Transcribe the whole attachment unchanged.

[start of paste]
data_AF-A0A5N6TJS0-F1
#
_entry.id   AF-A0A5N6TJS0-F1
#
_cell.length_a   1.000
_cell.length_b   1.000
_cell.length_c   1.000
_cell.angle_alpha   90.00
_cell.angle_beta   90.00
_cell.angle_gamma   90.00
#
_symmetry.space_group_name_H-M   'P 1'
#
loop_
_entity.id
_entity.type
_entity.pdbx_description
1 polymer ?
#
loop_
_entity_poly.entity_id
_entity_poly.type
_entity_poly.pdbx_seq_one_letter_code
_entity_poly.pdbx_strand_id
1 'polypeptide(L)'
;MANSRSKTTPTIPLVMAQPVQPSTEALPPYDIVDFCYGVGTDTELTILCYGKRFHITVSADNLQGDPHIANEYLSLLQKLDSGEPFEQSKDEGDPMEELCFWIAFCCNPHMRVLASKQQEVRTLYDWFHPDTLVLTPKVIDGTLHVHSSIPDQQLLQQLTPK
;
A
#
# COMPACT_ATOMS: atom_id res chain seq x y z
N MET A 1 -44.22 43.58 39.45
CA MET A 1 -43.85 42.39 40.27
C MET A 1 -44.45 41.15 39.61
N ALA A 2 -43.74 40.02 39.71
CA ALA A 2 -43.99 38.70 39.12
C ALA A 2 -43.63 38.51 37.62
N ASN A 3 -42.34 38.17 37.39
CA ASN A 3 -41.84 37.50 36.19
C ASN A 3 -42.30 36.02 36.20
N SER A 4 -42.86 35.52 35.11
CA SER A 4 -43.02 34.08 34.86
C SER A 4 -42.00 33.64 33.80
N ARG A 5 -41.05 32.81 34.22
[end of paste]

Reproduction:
data_AF-A0A5N6TJS0-F1
#
_entry.id   AF-A0A5N6TJS0-F1
#
_cell.length_a   1.000
_cell.length_b   1.000
_cell.length_c   1.000
_cell.angle_alpha   90.00
_cell.angle_beta   90.00
_cell.angle_gamma   90.00
#
_symmetry.space_group_name_H-M   'P 1'
#
loop_
_entity.id
_entity.type
_entity.pdbx_description
1 polymer ?
#
loop_
_entity_poly.entity_id
_entity_poly.type
_entity_poly.pdbx_seq_one_letter_code
_entity_poly.pdbx_strand_id
1 'polypeptide(L)'
;MANSRSKTTPTIPLVMAQPVQPSTEALPPYDIVDFCYGVGTDTELTILCYGKRFHITVSADNLQGDPHIANEYLSLLQKLDSGEPFEQSKDEGDPMEELCFWIAFCCNPHMRVLASKQQEVRTLYDWFHPDTLVLTPKVIDGTLHVHSSIPDQQLLQQLTPK
;
A
#
# COMPACT_ATOMS: atom_id res chain seq x y z
N MET A 1 -44.22 43.58 39.45
CA MET A 1 -43.85 42.39 40.27
C MET A 1 -44.45 41.15 39.61
N ALA A 2 -43.74 40.02 39.71
CA ALA A 2 -43.99 38.70 39.12
C ALA A 2 -43.63 38.51 37.62
N ASN A 3 -42.34 38.17 37.39
CA ASN A 3 -41.84 37.50 36.19
C ASN A 3 -42.30 36.02 36.20
N SER A 4 -42.86 35.52 35.11
CA SER A 4 -43.02 34.08 34.86
C SER A 4 -42.00 33.64 33.80
N ARG A 5 -41.05 32.81 34.22